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'Wow. Wow, wow' - Jaco Peyper chatback puts cheeky scrumhalf back in his box

Jaco Peyper /Getty Images

Lippy players can sometimes get the better of referees, but Jaco Peyper had the last say at the weekend. Peyper joined a select group of referees when he took charge of his fifth Currie Cup Final – when the Bulls beat the Sharks 26-19 in extra time at Loftus Versfeld this past Saturday.


Not only was Peyper the epitome of professionalism – being spot on with his calls – but he also produced two classic chirps that told the players exactly who was in charge.

In a firm, but collegial tone, the seasoned referee showed why he is rated as one of the best in the world.

The first Peyper plink came around the 17-minute mark – following two scrum resets. Lippy Sharks scrumhalf Jaden Hendrikse, who had been sniping at his opponents from the outset, felt the need to direct Peyper about aspects of his refereeing that may need attention.

The referee’s riposte would have shut up the most seasoned veteran. “You’ve got a lot of advice for your first Currie Cup [Final],” Peyper snapped back at the Sharks No.9.

Hendrikse then seemed to direct his ‘advice’ mostly towards the opposition – leaving Peyper to do the refereeing.

That was not the only time Peyper had a clever response for a player that was getting in his ear.

Then in extra time, with the game getting very testy at 19-all, the Bulls captain and World Cup-winning Springbok No.8 Duane Vermeulen was at the sharp end of Peyper’s wit.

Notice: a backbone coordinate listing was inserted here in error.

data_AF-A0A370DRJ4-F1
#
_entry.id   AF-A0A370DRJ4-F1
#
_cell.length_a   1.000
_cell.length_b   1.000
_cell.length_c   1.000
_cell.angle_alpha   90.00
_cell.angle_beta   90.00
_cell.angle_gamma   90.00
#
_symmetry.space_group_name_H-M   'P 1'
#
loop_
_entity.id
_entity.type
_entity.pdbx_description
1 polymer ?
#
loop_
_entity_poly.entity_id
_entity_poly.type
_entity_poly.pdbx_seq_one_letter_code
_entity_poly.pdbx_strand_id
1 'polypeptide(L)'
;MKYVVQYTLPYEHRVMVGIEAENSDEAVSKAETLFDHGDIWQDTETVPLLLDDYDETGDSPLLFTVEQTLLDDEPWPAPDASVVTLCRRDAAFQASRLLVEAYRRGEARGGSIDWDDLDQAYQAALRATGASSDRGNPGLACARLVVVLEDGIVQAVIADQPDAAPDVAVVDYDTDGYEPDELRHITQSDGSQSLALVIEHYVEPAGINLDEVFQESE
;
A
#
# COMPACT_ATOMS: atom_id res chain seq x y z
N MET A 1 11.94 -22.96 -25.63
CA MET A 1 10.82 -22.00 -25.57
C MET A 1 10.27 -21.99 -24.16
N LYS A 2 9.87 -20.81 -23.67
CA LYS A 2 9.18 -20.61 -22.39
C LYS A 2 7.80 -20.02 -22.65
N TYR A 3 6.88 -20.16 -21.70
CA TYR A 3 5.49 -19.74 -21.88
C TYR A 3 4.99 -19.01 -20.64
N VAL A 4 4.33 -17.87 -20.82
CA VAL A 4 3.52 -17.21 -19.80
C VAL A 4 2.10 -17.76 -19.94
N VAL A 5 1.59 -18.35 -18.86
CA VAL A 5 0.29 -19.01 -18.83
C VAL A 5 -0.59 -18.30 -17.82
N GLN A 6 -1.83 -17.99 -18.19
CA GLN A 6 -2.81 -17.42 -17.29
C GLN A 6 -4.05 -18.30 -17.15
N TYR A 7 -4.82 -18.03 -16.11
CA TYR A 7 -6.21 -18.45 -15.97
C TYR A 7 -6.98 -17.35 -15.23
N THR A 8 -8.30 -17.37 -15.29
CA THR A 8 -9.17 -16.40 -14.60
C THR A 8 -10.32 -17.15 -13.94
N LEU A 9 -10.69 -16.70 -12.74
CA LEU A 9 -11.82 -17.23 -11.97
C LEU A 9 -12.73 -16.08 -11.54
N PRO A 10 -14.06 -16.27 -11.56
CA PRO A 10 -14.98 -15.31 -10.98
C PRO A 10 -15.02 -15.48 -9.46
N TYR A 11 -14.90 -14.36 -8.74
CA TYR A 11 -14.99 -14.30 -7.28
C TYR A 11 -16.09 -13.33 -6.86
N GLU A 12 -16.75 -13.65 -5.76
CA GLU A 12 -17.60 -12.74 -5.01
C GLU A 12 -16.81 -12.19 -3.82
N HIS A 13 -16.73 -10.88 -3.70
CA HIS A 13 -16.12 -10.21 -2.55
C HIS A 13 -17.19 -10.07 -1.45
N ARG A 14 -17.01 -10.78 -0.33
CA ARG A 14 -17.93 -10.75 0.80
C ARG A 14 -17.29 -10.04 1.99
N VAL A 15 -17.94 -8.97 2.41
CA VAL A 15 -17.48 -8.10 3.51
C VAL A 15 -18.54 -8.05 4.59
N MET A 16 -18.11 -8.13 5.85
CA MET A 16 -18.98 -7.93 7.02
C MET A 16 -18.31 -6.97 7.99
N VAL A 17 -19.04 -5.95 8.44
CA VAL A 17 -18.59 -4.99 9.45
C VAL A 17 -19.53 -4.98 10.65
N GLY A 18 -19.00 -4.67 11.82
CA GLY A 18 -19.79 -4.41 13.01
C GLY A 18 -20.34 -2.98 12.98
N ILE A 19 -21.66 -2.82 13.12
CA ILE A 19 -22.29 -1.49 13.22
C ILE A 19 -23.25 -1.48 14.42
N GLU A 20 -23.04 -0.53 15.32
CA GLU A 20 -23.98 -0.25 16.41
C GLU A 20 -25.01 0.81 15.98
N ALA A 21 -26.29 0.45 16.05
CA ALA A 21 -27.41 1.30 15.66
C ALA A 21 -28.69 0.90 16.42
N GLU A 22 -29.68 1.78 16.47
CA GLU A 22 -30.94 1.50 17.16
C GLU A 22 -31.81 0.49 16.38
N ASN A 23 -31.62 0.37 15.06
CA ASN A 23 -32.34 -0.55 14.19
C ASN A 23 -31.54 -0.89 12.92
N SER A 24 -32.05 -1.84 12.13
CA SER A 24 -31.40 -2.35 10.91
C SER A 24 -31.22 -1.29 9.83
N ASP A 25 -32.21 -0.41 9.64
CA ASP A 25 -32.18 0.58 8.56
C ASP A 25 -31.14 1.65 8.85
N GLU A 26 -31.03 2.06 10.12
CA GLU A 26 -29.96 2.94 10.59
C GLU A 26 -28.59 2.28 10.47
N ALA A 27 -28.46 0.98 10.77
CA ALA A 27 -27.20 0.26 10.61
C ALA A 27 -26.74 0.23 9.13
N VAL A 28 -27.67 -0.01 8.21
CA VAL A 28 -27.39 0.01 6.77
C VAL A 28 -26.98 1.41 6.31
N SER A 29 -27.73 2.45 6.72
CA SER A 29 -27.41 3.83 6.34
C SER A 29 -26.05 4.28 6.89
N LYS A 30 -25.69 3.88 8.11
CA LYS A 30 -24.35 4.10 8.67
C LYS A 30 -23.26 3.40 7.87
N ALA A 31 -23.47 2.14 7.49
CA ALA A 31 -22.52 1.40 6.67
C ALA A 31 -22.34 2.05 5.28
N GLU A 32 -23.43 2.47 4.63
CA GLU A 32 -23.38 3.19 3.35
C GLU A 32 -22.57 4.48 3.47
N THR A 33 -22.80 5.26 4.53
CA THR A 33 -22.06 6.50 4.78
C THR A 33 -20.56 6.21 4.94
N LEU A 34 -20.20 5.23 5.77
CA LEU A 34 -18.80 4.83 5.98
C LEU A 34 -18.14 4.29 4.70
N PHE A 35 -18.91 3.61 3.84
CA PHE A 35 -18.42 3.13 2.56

“Duane, you know from playing for the Springboks, you used to hate it when New Zealand did that,” he told the Bok veteran – which elicited a wry smile from the veteran.


Afterwards, both teams had only praise for the referee. “Jaco Peyper had a really good game,” Sharks coach Sean Everitt told a post-match media briefing.

His Bulls counterpart, Jake White, was equally complimentary. “He is an international referee, he’s a Test referee,” White said, when asked about some of Peyper’s ruling, adding: “We gotta adapt and I think again Duane was calm when he spoke to him.”


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Flankly 4 hours ago
Resilient Irish will test Springboks despite provincial setbacks

The Bok kryptonite is complacency. How did they lose to Japan in 2015, or to Italy in 2016? There are plenty of less dramatic examples. They often boil down to the Boks dialing back their focus and intensity, presuming they can win with less than 100% commitment. This can be true of most teams, but there is a reason that the Boks are prone to it. It boils down to the Bok game plan being predicated on intensity. The game plan works because of the relentless and suffocating pressure that they apply. They don’t allow the opponent to control the game, and they pounce on any mistake. It works fantastically, but it is extremely demanding on the Bok players to pull it off. And the problem is that it stops working if you execute at anything less than full throttle. Complacency kills the Boks because it can lead to them playing at 97% and getting embarrassed. So the Bulls/Leinster result is dangerous. It’s exactly what is needed to introduce that hint of over-confidence. Rassie needs to remind the team of the RWC pool game, and of the fact that Ireland have won 8 of the 12 games between the teams in the last 20 years. And of course the Leinster result also means that Ireland have a point to prove. Comments like “a club team beating a test team” will be pasted on the changing room walls. They will be out to prove that the result of the RWC game truly reflects the pecking order between the teams. The Boks can win these games, but, as always, they need to avoid the kryptonite.

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